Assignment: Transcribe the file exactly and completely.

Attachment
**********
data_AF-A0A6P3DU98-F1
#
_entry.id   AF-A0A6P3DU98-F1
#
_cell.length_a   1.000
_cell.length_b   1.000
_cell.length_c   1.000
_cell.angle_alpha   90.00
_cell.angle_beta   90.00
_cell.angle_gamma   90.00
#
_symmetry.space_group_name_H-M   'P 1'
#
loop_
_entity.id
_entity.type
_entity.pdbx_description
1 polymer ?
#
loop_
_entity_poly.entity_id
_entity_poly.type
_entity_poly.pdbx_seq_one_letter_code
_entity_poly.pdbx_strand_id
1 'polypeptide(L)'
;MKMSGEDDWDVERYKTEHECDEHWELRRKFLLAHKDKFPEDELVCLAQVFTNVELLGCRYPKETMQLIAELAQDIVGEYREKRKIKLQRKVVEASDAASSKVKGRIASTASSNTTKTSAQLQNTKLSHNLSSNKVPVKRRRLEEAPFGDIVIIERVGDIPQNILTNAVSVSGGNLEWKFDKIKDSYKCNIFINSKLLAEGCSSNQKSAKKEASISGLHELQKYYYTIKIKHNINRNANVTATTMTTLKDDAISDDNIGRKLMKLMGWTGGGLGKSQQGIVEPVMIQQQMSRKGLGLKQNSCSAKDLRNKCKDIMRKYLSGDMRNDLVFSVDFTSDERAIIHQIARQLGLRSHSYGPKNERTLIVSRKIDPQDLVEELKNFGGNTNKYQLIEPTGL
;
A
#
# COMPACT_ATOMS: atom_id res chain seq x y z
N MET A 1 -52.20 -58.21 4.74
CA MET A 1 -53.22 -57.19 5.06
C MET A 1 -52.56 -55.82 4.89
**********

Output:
data_AF-A0A6P3DU98-F1
#
_entry.id   AF-A0A6P3DU98-F1
#
_cell.length_a   1.000
_cell.length_b   1.000
_cell.length_c   1.000
_cell.angle_alpha   90.00
_cell.angle_beta   90.00
_cell.angle_gamma   90.00
#
_symmetry.space_group_name_H-M   'P 1'
#
loop_
_entity.id
_entity.type
_entity.pdbx_description
1 polymer ?
#
loop_
_entity_poly.entity_id
_entity_poly.type
_entity_poly.pdbx_seq_one_letter_code
_entity_poly.pdbx_strand_id
1 'polypeptide(L)'
;MKMSGEDDWDVERYKTEHECDEHWELRRKFLLAHKDKFPEDELVCLAQVFTNVELLGCRYPKETMQLIAELAQDIVGEYREKRKIKLQRKVVEASDAASSKVKGRIASTASSNTTKTSAQLQNTKLSHNLSSNKVPVKRRRLEEAPFGDIVIIERVGDIPQNILTNAVSVSGGNLEWKFDKIKDSYKCNIFINSKLLAEGCSSNQKSAKKEASISGLHELQKYYYTIKIKHNINRNANVTATTMTTLKDDAISDDNIGRKLMKLMGWTGGGLGKSQQGIVEPVMIQQQMSRKGLGLKQNSCSAKDLRNKCKDIMRKYLSGDMRNDLVFSVDFTSDERAIIHQIARQLGLRSHSYGPKNERTLIVSRKIDPQDLVEELKNFGGNTNKYQLIEPTGL
;
A
#
# COMPACT_ATOMS: atom_id res chain seq x y z
N MET A 1 -52.20 -58.21 4.74
CA MET A 1 -53.22 -57.19 5.06
C MET A 1 -52.56 -55.82 4.89